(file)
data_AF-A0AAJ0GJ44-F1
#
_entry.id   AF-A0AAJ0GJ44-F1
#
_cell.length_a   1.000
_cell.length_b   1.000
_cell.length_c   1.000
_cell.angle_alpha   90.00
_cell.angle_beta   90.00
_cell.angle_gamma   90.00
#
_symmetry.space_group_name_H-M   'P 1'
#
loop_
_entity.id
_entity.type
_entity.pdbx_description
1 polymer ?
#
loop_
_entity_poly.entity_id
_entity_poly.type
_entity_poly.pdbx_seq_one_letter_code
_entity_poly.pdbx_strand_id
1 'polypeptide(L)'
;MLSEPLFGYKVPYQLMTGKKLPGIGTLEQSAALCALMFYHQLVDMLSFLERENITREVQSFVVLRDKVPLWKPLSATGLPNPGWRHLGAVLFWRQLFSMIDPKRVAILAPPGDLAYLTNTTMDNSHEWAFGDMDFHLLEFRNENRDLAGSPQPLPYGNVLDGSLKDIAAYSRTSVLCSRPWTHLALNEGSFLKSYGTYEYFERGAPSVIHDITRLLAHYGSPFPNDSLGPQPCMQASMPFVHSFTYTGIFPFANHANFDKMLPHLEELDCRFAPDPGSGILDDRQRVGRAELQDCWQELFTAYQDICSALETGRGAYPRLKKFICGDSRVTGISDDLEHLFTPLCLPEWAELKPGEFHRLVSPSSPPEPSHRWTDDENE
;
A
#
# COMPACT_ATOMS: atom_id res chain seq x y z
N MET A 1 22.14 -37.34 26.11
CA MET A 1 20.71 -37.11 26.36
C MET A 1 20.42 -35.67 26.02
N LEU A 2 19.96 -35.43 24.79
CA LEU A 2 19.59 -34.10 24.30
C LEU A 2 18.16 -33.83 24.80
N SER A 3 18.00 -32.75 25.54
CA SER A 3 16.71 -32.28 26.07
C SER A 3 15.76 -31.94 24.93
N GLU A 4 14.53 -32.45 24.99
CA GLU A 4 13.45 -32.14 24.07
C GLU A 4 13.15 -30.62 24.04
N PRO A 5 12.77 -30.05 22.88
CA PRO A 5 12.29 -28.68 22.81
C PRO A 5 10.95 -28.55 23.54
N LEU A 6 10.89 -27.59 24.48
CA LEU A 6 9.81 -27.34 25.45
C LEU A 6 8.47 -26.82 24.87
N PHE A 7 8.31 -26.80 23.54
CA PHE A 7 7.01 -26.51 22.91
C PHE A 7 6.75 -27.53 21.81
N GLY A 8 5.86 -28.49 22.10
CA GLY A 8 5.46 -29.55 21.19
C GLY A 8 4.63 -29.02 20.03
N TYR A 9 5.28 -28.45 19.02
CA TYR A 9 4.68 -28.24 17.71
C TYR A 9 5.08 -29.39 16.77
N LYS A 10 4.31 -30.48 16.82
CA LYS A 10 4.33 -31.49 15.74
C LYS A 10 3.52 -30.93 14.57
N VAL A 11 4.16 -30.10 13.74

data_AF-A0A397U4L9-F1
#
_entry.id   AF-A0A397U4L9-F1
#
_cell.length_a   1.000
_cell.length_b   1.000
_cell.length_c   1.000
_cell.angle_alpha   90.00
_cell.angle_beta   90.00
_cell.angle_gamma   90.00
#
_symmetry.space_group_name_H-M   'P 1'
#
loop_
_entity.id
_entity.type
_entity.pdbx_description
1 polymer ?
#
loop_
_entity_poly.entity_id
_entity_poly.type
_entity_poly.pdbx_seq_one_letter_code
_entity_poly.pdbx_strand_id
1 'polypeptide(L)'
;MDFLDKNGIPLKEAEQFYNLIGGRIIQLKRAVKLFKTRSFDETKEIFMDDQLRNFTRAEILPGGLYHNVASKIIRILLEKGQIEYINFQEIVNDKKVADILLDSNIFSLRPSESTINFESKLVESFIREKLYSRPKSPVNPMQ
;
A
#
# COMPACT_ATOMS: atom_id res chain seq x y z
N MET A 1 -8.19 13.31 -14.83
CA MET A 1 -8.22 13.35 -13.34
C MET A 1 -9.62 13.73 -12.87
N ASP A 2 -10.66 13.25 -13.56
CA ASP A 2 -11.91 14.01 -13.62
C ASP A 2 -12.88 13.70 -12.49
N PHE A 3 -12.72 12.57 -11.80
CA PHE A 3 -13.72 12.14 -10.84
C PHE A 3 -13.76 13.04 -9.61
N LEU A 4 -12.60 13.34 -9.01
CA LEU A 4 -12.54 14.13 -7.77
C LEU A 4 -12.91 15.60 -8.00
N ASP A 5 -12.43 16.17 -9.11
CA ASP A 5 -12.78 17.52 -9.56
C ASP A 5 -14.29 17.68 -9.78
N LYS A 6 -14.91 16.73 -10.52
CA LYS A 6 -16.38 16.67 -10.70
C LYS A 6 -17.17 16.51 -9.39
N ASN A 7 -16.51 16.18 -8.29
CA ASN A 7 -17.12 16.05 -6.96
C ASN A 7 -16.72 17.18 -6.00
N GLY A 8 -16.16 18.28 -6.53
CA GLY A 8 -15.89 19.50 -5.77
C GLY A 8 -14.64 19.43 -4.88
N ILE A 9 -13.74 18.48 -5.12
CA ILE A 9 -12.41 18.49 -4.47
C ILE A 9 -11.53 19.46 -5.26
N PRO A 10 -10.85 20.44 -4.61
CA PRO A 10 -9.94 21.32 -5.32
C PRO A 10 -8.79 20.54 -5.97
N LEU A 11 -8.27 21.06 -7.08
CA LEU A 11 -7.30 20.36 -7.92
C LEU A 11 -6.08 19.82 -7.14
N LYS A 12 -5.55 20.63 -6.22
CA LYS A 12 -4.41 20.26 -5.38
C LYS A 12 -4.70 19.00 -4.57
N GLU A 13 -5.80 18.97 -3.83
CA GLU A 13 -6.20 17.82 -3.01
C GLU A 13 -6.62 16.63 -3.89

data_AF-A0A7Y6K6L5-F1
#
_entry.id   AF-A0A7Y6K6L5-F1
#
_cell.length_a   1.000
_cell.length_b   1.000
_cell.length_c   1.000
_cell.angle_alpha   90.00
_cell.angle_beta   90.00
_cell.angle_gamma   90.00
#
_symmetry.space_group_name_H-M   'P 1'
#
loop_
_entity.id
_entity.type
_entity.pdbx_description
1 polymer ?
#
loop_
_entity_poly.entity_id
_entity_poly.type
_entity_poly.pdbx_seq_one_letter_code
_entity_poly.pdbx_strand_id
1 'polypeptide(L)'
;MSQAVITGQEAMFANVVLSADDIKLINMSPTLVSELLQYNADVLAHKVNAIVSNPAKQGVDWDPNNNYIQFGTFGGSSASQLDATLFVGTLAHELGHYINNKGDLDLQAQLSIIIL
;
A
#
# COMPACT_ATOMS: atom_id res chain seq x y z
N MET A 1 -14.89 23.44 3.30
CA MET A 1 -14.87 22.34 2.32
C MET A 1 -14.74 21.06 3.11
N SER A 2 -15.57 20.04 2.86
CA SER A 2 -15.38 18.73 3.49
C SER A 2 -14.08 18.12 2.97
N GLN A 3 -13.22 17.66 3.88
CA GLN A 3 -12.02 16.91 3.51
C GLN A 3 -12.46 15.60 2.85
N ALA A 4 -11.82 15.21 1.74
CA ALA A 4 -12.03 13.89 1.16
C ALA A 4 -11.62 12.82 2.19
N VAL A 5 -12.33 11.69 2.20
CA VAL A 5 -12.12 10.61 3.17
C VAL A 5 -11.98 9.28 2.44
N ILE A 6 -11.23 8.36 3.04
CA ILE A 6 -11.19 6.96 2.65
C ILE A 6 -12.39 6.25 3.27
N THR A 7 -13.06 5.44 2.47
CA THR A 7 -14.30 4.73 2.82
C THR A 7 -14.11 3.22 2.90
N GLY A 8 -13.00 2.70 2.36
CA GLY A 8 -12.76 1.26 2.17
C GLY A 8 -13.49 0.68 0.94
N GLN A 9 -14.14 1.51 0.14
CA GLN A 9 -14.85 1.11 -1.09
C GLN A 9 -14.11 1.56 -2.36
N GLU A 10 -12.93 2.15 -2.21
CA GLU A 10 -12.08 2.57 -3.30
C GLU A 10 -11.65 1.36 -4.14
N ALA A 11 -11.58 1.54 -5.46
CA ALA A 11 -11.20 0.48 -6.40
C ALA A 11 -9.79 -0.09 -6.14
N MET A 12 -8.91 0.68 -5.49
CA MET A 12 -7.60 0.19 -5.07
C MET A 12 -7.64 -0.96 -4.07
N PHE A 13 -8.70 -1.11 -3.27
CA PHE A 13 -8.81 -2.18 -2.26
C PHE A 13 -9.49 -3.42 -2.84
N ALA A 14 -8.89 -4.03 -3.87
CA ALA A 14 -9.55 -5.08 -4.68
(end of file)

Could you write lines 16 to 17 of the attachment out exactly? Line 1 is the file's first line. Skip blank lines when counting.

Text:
_entity.type
_entity.pdbx_description